A Guide to the Pocket Guide
Here's a small sample from the French version of the Quebec guide that illustrates some of the features and how to interpret them. In the English version of the guide, the order of the names is inverted, and the English versions of the size and status codes are used.




1 -Dorsal and Ventral views: 
Markings on both upper and lower wing surfaces ( shown on the left and right respectively for this sample panel ) can be helpful for identification.  In most cases, the view that is most useful for identifying a species is placed on the far left of the panel in question.  Note that some butterflies almost never show their upper wing surfaces.  In these cases, only the ventral (lower side) view is provided.

2 -Size and Status Codes: 
The green text specifies one of 5 size codes ( English version codes in square brackets ):  
  • TP  - très petit           [ VS  - Very Small ]
  •  - petit                       - Small ]
  •  - moyen                   - Medium ]
  •  - grand                      - Large ]
  • TG  - très grand           VL  - Very Large ]
The corresponding size ranges are provided in the legend ( printed on the back panel ).  These indicators are based on measurements of typical specimens, but please note that some species can vary considerably in size.

The red text indicates the species status.  ( English version codes in square brackets ) :
  • C - commun          [ - Common ] 
  • - peu commun      [ - Uncommon ]
  • R - rare                [ - Rare ] 
  • L - localisé               - Local ] 
  • M - migrant           [ - Migrant ] 
  • N,S,E,O              [ N,S,E,W ] 
These codes are explained below:
  • commun/Common - Relatively easy to find in suitable habitat during the fligh
  • peu commun/Uncommon -   Somewhat harder to find, even during the peak of its flight seasont season indicated
  • rare/Rare -  Seldom seen, even in ideal habitat during the peak of its flight season
  • localisé/Local - the species in question is usually confined to some kind of specialized habitat (eg. bogs), or seldom strays far from its larval foodplant.  You may never see it unless you visit the right habitat.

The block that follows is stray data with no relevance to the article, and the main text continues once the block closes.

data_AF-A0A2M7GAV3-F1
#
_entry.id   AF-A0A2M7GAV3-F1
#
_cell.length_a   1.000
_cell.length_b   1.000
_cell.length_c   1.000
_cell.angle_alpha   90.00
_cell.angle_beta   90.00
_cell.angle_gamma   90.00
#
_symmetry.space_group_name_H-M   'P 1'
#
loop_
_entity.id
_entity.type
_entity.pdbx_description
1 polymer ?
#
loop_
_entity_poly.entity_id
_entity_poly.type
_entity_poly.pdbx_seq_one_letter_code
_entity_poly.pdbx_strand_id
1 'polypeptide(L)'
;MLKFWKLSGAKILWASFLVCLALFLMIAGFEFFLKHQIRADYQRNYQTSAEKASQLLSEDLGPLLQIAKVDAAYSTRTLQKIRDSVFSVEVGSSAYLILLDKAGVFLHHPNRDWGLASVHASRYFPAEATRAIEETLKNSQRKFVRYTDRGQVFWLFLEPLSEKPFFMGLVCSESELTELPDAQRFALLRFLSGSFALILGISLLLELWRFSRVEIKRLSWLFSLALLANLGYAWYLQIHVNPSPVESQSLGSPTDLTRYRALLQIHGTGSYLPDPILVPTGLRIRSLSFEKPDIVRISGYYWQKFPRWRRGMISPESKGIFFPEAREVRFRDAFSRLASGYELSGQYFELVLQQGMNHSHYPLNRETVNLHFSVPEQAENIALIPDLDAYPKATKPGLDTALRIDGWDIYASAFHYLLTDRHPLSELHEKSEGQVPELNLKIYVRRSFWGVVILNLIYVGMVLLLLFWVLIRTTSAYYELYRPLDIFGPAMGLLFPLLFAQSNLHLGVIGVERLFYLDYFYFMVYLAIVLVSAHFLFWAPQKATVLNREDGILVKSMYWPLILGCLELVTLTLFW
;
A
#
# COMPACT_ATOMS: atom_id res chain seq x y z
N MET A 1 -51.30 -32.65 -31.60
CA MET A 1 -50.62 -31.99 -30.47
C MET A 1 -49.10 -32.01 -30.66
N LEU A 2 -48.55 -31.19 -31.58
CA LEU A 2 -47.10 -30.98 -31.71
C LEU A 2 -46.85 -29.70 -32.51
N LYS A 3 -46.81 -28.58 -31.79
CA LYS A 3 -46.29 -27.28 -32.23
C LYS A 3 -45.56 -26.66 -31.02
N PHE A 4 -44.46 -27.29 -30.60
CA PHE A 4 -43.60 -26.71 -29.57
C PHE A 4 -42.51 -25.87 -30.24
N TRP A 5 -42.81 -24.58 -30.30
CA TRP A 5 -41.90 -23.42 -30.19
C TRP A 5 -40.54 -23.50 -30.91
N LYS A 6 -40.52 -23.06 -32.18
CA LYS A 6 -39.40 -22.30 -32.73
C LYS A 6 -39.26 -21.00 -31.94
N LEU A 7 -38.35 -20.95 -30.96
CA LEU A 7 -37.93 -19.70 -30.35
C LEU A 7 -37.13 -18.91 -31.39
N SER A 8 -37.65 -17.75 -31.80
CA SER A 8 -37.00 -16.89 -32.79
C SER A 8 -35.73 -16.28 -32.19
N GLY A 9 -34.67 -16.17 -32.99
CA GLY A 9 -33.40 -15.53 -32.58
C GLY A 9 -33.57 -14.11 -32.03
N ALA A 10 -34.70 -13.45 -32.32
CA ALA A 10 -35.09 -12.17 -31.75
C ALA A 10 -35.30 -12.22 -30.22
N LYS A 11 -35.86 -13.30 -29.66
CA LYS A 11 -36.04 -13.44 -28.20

• migrant/Migrant - the species in question does not normally overwinter in the province, but flies North from the U.S.  Some species are regular migrants ( eg. The Monarch ), while others are only reported occasionally ( eg. Little Yellow ).  Even regular migrants can vary in abundance from year to year.
  • N,S,E,O/N,S,E,W - the species in question is more commonly found in the corresponding part of the Region.  Note that some species designated with " N " may be found at higher elevations in more southerly locations.
Note that these status codes are intended as rough guides.  Certain rare species can appear to be relatively common during a good year if you happen to find yourself in just the right habitat during the peak of their flight season.  On the other hand, species that are normally common might be tough to locate during a bad year.  The codes are intended to reflect average abundance.

3 -English common name, Scientific name (in italics), and French common name
Please note that some species have several common names, and Scientific names can change as taxonomists revise species classifications.  The names used in the guide have been chosen to align with provincial checklists ( see references ).   Each language version contains the common names in both English in French, so regardless of whether you purchase the French or English version, you will have the Common names in both languages.  Only the order of the names is changed.

4 -Separate images of Male vs Female
There is little difference in appearance between males and females of some species.  In other species, sexual dimorphism can be significant.  Where there is a noticeable difference, images of both sexes are provided ( as indicated by the symbols  for male and for female ). 

In addition, there are a few species that have seasonal forms.  Separate images are provided where appropriate.

5 -Flight Season Chart 
These charts give a rough indication of the time of year during which you can expect to find each species.  Green indicates the period during which they have been most frequently reported.  Yellow indicates the period during which there have been fewer reports.  Note that some species have very brief flight periods, which can last only a week or two.  The timing of this peak flight period can vary from year to year ( depending on weather conditions ), and from place to place ( typically earlier in more Southerly locations ).  Conditions at higher elevations may be similar to those at more Northerly locations.  The result is that when combining reports of sightings over many years and across the province, the peak flight period of a species may appear much longer than it will ever be in any particular place and in any particular season.